“The first reaction was to smother… I was trying to replicate the many touch points you have in the office environment,” said a Chegg Senior Executive. He not only noticed his incessant nagging as an unpopular tactic among his employees, he himself felt burned out from his hawkish management style. These actions were reactive in nature. But now as we approach November 2020, successful managers have found ways to communicate, but not suffocate.
CREATE A CULTURE OF ACCOUNTABILITY
This concept is not new to the COVID-19 times. Peter Drucker - famously the "the founder of modern management" - had already found the answer to the question: what is the best management strategy for remote workers? Management by Objectives, as coined in 1954 by Drucker, was centered around the idea that giving employees clearly defined goals, they would be more motivated and committed due to positively communicated responsibilities with underlying trust in the employees capabilities. By translating the organizational objectives to employees into SMART (specific, measurable, acceptable, realistic, time-bound) goals, managers and employees would remain on the same page regardless of physical distance. Simply, being extremely clear and organized in terms of task delegation and timeline, team cohesion will naturally form an accountability system.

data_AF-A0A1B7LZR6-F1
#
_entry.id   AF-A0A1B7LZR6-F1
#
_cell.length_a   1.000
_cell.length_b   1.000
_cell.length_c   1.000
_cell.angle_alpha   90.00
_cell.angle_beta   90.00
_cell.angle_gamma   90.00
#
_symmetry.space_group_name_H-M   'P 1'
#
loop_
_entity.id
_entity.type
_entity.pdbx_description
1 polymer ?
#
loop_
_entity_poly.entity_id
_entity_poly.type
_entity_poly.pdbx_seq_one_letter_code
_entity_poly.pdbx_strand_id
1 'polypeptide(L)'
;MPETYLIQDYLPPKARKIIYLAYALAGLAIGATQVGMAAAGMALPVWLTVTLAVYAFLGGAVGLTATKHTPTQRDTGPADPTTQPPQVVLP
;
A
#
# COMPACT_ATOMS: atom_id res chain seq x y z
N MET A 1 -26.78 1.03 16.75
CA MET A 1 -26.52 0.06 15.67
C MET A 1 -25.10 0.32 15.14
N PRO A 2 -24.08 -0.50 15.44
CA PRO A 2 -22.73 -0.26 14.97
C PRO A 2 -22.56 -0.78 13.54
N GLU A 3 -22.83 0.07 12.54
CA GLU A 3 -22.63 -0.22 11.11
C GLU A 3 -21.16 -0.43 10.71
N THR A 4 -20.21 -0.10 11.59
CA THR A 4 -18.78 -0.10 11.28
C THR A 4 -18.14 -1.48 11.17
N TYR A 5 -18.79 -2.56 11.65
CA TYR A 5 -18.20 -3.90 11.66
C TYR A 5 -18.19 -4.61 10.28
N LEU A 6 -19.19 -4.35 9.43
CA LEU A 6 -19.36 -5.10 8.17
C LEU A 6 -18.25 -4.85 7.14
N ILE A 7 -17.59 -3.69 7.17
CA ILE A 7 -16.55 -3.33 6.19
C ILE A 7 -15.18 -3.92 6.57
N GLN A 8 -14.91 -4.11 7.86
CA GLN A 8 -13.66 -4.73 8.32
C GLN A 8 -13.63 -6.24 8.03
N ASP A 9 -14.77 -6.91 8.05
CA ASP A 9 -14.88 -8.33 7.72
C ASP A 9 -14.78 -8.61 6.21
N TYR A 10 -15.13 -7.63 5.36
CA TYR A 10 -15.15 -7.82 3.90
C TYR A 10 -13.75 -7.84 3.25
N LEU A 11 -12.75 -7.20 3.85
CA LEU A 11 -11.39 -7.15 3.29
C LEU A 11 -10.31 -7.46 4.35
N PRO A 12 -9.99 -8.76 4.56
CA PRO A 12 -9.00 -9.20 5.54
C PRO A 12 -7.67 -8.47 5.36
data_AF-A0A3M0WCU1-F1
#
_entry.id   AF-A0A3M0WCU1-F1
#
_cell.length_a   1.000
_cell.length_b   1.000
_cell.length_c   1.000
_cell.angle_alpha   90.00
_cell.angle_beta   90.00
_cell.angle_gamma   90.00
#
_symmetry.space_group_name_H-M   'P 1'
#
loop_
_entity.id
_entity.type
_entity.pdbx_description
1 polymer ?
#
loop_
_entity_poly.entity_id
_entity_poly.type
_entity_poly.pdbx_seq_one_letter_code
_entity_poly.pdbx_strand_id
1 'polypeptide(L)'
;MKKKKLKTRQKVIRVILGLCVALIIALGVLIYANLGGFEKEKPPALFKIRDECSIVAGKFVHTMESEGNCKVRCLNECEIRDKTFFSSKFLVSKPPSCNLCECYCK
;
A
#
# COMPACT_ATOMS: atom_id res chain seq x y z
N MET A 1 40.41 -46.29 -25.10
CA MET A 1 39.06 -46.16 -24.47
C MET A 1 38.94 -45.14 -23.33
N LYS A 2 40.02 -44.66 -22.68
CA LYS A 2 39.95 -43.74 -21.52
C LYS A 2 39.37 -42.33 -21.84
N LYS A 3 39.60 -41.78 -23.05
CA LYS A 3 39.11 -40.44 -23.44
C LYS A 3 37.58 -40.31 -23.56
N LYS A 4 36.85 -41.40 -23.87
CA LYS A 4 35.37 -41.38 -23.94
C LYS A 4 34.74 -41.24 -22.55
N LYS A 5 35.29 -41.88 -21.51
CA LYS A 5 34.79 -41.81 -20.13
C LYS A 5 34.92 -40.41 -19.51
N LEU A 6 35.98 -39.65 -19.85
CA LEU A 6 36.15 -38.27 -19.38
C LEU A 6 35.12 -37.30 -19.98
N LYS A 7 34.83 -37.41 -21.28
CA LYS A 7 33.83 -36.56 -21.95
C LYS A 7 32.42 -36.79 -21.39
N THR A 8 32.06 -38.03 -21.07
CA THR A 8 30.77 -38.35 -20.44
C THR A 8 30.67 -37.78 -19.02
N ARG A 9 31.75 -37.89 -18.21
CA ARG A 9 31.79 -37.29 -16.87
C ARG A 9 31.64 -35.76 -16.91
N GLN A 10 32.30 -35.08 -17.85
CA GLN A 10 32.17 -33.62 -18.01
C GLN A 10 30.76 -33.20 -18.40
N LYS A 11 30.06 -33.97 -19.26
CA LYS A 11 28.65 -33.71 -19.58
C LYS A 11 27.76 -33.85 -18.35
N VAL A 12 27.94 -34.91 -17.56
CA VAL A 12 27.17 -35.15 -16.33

One way of creating this culture of accountability during these times is through frequent check-ins, or team briefings. I believe utilizing a meeting time at the beginning of the day to set the daily agenda, or convening at the end of the day for a comprehensive recap and update on upcoming agenda items, is the best way to foster accountability through communication. Not only are employees hearing what they need to do, but also what is being asked of others. Remote workers have forfeited the ability to pop by other’s desks to check-in, and gauge when it would be a good/appropriate time to engage. These meeting serve to further the productive remote workspace through forcing you to pick up on the task that are on the plates of others.
As a manager, another thing to be acutely aware of is how this time has affected everyone differently - posing unique problems and situations for all. Specifically, when analyzing performance and productivity, accounting for the fact some may have remote workplaces that are extremely favorable for the work they need to do- ideal work station, no additional people in the home, or even how their specific role is translatable to the remote workplace.